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Journalism & Communication
Pages 5 (1255 words)
Name: Instructor: Course: Date: Thin Blue Line Errol Morris came across the subject for The Thin Blue Line when he was doing research for another much broader subject. While doing his research into a documentary on psychiatrist Dr. James Grigson in 1985, he came across the case of Randall Adams (Lankford 1).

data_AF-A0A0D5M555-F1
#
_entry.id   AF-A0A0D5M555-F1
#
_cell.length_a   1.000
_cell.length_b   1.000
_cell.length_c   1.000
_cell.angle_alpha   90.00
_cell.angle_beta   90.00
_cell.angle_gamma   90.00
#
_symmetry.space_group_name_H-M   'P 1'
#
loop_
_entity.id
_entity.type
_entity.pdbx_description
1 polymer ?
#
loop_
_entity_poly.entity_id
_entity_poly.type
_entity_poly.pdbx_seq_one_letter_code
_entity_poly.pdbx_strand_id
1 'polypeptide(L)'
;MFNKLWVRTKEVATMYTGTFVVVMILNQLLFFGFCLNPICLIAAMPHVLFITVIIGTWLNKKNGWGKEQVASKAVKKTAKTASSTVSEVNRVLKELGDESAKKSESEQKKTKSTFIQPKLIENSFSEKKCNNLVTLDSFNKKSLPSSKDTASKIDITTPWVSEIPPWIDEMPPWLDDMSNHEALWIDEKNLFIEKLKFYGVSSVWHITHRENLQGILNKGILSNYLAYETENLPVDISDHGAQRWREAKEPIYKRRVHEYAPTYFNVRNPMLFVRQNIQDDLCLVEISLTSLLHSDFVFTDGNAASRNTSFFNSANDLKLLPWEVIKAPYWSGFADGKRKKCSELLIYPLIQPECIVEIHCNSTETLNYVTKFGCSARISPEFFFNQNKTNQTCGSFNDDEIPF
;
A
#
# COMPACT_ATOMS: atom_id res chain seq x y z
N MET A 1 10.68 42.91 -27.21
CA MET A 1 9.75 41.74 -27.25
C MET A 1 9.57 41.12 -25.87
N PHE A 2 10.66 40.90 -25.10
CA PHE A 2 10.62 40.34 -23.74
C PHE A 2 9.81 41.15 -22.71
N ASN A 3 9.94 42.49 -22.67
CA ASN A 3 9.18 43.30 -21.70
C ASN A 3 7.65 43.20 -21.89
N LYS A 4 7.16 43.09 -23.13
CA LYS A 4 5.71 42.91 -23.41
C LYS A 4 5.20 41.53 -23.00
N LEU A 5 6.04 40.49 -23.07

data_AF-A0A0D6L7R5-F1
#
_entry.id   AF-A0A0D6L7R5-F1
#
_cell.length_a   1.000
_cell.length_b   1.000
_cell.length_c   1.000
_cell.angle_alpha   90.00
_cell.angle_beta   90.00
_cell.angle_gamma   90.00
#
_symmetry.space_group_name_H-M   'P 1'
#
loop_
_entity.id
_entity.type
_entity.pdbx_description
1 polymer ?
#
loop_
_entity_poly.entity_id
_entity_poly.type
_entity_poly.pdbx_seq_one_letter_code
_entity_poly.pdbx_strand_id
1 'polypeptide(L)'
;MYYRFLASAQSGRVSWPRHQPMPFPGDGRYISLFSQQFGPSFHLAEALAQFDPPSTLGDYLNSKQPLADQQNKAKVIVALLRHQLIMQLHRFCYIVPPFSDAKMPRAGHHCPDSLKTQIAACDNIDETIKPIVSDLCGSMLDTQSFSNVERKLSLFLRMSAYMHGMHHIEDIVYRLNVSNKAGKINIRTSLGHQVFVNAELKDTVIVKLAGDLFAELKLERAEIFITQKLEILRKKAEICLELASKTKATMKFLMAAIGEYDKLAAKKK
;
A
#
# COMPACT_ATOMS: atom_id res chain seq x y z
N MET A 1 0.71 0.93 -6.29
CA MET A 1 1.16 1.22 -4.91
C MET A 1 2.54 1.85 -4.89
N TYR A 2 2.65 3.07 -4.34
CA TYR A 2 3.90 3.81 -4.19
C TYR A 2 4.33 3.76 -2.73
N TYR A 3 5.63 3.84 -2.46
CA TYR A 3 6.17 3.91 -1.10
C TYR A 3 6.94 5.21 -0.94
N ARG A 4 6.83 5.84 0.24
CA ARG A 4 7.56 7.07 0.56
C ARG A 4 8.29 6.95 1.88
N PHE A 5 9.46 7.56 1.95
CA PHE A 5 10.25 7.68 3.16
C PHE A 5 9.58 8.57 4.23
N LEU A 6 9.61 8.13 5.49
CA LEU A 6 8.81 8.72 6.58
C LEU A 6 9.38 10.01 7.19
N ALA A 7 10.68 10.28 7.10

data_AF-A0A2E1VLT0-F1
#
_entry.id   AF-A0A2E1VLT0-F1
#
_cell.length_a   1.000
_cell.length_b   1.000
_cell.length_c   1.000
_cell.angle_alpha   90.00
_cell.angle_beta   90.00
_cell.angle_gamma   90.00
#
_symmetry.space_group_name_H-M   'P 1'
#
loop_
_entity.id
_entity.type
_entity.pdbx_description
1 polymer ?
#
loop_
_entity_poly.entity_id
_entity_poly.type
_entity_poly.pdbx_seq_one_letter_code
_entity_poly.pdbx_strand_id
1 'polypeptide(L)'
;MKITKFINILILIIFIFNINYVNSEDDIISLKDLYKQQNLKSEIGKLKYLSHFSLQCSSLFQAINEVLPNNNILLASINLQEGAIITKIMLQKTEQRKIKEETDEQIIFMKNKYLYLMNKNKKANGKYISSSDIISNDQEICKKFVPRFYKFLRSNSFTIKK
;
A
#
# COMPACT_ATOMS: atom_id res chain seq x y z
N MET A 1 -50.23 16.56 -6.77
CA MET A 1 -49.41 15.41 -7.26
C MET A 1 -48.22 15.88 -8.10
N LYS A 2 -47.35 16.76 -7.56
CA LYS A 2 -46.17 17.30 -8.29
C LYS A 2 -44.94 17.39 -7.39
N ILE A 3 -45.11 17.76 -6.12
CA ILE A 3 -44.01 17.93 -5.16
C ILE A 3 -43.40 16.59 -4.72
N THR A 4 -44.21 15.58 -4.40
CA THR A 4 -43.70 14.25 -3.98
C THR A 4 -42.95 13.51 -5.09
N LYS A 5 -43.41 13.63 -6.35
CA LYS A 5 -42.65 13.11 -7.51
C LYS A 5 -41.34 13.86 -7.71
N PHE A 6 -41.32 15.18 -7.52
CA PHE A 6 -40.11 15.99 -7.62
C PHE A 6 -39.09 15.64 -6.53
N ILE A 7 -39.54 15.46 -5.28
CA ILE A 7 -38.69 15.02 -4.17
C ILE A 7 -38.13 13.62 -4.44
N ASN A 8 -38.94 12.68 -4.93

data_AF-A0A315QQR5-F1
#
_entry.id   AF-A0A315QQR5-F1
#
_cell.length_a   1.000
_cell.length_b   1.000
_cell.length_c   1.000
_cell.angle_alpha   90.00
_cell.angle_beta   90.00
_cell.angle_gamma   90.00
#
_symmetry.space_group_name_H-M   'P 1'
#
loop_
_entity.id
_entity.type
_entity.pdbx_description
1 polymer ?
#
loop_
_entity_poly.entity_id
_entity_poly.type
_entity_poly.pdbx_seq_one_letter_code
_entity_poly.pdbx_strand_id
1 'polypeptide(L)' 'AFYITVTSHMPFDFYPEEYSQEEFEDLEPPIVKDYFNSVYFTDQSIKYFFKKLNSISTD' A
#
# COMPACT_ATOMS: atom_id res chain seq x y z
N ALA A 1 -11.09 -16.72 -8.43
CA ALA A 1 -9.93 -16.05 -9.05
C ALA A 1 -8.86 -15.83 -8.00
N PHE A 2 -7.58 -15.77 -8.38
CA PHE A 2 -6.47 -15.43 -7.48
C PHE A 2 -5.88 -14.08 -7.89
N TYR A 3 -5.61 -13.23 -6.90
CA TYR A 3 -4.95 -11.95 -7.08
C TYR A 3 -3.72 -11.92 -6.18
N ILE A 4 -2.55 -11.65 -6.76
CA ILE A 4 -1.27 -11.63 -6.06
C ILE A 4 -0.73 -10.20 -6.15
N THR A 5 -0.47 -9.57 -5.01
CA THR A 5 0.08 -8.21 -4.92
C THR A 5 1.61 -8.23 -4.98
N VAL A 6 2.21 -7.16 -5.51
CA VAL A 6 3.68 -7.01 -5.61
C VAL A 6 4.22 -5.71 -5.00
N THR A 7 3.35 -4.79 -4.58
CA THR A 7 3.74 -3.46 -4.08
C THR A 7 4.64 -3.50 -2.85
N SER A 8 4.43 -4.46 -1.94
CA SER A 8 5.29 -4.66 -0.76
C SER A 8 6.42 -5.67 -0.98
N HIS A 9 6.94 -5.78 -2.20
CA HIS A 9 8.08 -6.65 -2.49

Adams had been in jail for seven years following his conviction for shooting Robert Woods, a police officer in Dallas, to death. Although the sentence had been commuted by the time of the interviews, Adams was still in prison and still maintained that he was not guilty of the murder. After Morris started researching Adam’s case, he was soon convinced that he was innocent and that it was clear who was responsible for the murder (Lankford 1). He, thus, turned his documentary efforts to building Adam’s innocence case. The Thin Blue Line was the result of these investigations, and it soon became a standard for investigative documentaries. It became a triumph of execution, more interesting than exploration of crime and consequence, and it has been influential on fiction and documentary films since. The Thin Blue Line by Errol Morris does not seek to tell the story of an investigation into a murder but is a murder investigation, which set investigative documentary standards. Morris captures the attention of the audience by making the documentary as a considered defense through interviews with both Randall Adams and the key witness in his case, David Harris (Bellizzi 1). He manipulates the Harris interviews to show that he is the only person who could have killed the Dallas police officer. ...
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